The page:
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Old 03-01-2020, 10:40 AM   #1
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Cork floating floor?

Hi, folks.
We will be replacing the 20-year-old carpeting in our Pacific Trawler. I have read in other places that cork floating floors such as those sold by Lumber Liquidators (the click lock kind) are possibly a good choice for the saloon/galley/pilothouse floors.

We used this flooring in a house and really loved it. It would be great if we could use it in the boat, particularly the way it dampens sound.

Does anybody here have any experience with this kind of flooring in a trawler?

thanks.

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Old 03-01-2020, 10:56 AM   #2
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I've had the same idea. I have it in my kitchen. I am interested in the responses too.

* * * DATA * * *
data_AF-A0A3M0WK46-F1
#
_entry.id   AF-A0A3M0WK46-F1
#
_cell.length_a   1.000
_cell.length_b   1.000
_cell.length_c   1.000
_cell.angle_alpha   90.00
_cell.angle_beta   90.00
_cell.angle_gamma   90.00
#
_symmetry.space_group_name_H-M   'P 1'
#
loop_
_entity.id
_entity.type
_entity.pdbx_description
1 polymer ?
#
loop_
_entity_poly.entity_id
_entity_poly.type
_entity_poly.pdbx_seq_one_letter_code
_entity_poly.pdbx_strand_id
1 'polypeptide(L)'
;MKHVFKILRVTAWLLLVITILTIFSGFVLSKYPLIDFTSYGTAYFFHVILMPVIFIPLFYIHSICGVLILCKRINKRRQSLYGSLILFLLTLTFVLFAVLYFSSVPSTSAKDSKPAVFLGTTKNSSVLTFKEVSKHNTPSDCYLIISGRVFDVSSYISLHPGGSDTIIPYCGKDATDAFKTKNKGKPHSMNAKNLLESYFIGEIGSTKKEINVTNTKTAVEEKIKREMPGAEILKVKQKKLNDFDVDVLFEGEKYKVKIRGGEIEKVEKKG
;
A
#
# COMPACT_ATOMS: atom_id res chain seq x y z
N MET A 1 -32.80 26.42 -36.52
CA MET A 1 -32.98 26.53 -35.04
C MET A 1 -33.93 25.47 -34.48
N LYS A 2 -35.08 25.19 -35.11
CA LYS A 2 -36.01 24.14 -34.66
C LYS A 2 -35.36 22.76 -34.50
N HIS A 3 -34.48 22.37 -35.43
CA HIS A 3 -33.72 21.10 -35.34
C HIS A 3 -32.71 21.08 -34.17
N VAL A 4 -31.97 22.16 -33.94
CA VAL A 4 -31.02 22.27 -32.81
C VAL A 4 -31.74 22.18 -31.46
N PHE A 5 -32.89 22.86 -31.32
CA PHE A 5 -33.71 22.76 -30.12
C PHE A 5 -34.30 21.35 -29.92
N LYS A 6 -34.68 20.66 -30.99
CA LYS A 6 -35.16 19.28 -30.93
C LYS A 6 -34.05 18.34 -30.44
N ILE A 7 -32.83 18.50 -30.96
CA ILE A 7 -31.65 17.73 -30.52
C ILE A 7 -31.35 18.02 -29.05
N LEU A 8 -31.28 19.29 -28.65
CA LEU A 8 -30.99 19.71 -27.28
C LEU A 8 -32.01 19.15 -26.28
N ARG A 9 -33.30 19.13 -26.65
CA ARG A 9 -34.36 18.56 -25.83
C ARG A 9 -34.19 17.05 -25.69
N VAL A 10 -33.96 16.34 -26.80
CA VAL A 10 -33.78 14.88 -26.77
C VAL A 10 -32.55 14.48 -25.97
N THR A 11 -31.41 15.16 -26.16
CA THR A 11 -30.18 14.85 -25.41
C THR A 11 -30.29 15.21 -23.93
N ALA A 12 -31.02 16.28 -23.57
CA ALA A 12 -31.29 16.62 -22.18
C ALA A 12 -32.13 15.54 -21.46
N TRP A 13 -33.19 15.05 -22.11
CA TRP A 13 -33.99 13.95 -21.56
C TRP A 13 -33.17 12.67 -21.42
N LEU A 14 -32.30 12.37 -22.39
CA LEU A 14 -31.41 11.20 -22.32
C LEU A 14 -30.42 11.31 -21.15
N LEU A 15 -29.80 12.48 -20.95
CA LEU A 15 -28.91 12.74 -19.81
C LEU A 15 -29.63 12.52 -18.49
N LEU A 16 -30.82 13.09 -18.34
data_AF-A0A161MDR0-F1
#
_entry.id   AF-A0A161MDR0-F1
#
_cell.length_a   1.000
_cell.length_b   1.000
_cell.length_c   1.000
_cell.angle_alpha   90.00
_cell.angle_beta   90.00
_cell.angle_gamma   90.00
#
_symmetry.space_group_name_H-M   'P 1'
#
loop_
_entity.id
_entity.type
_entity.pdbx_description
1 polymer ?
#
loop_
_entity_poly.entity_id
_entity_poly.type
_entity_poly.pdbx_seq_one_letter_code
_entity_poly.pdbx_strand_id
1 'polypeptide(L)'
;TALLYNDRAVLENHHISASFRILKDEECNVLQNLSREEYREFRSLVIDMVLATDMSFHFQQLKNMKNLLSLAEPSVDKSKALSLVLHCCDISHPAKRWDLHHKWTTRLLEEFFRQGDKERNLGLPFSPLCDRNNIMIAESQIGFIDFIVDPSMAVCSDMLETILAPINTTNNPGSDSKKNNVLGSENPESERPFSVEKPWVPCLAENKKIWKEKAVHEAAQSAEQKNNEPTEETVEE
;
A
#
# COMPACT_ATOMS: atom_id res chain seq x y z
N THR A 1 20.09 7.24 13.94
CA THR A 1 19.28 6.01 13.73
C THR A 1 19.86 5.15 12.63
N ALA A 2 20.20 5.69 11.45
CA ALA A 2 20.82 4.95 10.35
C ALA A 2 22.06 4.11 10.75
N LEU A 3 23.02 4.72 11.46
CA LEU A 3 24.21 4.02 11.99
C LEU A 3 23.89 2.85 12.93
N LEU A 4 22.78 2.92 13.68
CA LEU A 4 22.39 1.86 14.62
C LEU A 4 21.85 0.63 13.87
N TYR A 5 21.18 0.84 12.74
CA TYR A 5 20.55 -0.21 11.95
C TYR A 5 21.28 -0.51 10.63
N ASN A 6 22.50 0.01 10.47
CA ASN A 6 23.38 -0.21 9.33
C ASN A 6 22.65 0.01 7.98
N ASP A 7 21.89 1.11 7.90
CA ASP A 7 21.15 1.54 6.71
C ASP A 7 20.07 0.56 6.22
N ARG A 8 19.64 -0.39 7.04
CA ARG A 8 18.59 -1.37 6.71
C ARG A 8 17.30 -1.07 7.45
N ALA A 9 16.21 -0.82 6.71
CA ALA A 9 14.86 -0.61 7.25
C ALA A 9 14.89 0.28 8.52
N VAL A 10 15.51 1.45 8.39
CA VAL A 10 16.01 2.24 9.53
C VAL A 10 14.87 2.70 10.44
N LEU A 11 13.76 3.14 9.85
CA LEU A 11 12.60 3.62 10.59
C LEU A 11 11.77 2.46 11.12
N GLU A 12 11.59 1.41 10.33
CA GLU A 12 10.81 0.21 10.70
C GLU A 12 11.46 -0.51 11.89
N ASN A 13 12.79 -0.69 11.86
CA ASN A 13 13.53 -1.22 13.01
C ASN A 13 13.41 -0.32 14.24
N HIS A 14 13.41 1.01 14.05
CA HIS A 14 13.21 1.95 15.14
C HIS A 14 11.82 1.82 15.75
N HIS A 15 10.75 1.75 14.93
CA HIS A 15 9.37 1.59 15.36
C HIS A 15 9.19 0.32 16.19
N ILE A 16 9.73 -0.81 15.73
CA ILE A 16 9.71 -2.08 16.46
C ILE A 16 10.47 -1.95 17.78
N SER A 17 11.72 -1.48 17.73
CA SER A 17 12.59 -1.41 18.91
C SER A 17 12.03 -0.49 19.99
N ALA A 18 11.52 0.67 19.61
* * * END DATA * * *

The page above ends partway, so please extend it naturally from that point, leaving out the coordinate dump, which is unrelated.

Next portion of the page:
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Old 03-01-2020, 12:31 PM   #3
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Haven't used it in a boat but did in 2 houses. First one was a success, the second time, where it was installed on an uneven floor, large gaps appeared in the seams, despite the click system. Not sure if the constant movement of a boat floor would result in the same issue. Perhaps adding glue to the joints would help. btw, not suitable if you have dogs with long nails.
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Old 03-01-2020, 12:36 PM   #4